If all the authors of this century who wrote in verse had been poets, no age could have been more brilliantly poetical, but in truth its genuine poets were very few. Of the seventy poets enumerated by Ritson, we can only select three who deserve a mention. These are James I. of Scotland, Occleve, and Lydgate. James I. was a man of remarkably earnest and independent mind. He seems to have overflowed with genius on all sides. The writers of his time celebrate his skill in architecture, gardening, and painting. Of these we have no remains, but we know that in government he was a great reformer; and in poetry, his "King's Quair," or Book, is a poem which is still read with equal admiration and pleasure. It consists of six cantos, containing 197 stanzas of seven lines each. It was written as the story of his courtship of Jane Beaufort, who was a afterwards his queen. He describes his first seeing her from his window at Windsor, as she tended a little garden there. A single stanza relating this first glimpse of the beautiful Lady Beaufort, will give an idea of the poetic language of the times: -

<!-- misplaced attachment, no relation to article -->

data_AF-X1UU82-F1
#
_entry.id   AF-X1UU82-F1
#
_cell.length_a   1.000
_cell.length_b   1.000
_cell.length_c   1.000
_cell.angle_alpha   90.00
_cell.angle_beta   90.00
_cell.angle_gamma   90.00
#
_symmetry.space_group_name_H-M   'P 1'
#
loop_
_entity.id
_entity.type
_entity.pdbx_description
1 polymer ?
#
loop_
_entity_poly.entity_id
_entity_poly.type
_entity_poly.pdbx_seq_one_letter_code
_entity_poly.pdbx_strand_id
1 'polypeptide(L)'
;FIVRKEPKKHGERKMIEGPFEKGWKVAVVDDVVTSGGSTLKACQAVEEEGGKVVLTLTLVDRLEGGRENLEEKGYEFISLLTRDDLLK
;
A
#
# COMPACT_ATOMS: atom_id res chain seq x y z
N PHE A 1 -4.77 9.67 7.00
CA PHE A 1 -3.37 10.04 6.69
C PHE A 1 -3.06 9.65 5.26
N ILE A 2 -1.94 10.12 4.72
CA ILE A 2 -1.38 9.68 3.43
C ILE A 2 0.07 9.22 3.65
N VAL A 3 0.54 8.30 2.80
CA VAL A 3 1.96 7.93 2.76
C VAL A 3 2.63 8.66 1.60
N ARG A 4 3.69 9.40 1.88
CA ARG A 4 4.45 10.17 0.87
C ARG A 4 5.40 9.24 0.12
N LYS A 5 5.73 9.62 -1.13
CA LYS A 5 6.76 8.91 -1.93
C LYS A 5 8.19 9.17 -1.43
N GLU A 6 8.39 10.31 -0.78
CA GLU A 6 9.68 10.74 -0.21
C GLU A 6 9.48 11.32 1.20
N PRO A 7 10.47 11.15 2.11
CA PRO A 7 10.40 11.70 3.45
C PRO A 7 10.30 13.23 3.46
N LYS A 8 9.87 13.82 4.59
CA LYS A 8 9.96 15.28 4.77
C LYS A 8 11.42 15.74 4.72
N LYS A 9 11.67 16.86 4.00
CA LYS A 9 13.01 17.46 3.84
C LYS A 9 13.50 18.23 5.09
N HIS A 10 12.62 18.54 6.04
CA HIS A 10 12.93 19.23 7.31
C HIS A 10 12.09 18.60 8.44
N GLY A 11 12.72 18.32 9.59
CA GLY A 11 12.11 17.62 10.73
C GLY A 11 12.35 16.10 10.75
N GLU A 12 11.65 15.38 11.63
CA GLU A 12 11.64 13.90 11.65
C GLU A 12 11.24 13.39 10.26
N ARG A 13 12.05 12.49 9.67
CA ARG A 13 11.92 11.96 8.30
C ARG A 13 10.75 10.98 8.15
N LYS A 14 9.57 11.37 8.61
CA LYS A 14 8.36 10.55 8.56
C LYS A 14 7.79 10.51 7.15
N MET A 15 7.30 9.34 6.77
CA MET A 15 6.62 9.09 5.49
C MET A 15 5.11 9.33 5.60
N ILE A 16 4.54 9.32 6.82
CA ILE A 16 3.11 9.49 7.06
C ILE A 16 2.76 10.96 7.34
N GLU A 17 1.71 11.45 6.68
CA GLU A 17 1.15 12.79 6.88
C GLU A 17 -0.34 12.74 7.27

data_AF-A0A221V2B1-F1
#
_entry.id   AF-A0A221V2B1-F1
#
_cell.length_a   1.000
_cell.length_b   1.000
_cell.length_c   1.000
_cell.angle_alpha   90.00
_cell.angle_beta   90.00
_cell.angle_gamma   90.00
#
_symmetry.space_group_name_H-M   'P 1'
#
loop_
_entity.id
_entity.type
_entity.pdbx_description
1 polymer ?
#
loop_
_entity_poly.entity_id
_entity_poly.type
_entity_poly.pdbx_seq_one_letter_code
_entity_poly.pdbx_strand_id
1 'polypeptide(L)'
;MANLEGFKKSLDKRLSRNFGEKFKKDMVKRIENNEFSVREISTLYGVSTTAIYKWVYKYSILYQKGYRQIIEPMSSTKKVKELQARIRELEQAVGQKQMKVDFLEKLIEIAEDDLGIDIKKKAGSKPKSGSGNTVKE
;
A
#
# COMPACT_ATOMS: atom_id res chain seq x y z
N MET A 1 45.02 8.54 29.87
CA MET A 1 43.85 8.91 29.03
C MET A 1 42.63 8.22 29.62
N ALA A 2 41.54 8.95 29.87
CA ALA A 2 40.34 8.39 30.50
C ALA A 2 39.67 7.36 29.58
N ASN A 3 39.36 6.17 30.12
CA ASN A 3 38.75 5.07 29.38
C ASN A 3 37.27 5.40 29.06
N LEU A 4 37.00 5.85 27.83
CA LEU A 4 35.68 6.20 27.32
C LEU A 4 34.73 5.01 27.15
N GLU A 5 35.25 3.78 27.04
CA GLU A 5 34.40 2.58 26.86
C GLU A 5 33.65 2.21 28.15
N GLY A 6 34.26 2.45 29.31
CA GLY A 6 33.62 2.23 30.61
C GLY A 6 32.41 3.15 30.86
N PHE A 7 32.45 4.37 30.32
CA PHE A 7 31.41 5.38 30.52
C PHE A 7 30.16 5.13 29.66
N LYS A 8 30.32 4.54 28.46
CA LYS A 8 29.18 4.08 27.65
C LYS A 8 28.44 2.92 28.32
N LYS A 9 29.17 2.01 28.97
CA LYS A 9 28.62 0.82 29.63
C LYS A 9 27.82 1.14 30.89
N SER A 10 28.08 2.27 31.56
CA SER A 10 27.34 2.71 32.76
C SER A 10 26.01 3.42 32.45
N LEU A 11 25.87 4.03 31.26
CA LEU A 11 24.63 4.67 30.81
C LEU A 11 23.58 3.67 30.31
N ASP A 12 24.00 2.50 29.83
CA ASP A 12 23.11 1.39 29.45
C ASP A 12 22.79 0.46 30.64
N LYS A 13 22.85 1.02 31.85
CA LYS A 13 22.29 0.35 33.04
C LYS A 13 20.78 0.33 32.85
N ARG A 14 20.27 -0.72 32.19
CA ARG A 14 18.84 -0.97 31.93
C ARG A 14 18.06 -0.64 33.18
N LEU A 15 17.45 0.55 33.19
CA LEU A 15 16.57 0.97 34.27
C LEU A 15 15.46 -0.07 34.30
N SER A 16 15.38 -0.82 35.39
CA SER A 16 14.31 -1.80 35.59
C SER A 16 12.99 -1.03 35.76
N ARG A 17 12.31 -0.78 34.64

"And therewith kest I doun myn eye ageyne,
Quare as I saw walkynge under the toure,
Full secretely, new cumyn her to pleyne,
The fairest or the freschest young floure
That ever I saw, methought, before that houre,
For qwhich sodayne abate, anon astert
The blude of all my body to my hert."